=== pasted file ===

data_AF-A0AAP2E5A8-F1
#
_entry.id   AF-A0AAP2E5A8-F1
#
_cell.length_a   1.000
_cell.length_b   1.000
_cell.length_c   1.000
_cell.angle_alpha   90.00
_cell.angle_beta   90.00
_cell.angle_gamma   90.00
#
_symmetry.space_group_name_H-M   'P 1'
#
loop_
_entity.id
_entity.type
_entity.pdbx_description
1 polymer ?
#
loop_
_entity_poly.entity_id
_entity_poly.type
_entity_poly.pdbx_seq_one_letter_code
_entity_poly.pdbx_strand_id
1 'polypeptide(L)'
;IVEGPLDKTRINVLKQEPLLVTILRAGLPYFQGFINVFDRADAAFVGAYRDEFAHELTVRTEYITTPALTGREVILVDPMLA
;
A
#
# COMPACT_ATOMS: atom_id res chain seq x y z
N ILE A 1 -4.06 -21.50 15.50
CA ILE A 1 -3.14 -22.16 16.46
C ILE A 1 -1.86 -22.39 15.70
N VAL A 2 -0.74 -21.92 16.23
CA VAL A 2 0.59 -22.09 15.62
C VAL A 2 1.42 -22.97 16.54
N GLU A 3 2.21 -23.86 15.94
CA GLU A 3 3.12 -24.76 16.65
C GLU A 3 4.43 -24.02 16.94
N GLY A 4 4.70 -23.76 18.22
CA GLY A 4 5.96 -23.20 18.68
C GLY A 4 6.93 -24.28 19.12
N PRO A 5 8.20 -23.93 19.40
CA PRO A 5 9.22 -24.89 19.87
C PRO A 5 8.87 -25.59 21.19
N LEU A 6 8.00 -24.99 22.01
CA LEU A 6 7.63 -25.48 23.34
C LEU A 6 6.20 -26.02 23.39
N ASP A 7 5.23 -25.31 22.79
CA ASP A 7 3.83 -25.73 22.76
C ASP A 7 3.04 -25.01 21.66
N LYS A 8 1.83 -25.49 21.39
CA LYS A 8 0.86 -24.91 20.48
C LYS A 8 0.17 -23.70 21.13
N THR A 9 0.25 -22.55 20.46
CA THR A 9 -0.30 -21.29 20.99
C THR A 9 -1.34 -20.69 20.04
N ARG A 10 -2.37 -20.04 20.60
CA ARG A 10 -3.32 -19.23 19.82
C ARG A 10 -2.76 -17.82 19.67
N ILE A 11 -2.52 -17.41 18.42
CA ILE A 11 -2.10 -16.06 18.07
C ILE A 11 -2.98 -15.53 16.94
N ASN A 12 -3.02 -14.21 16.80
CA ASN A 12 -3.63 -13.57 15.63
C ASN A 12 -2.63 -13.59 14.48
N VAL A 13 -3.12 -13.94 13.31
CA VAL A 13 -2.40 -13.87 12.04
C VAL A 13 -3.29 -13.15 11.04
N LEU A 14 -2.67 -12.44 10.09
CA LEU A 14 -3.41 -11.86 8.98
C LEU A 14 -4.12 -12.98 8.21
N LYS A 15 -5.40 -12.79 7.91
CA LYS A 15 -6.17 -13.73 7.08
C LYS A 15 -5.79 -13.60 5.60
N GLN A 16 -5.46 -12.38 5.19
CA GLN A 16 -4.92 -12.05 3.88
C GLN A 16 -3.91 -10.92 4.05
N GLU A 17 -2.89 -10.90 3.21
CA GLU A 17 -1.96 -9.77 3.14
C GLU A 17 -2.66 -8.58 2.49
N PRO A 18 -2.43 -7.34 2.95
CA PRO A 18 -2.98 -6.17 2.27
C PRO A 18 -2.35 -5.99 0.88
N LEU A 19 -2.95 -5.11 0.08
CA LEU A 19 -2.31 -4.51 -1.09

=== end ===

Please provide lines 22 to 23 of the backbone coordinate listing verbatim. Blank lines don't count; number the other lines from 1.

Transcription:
_entity_poly.type
_entity_poly.pdbx_seq_one_letter_code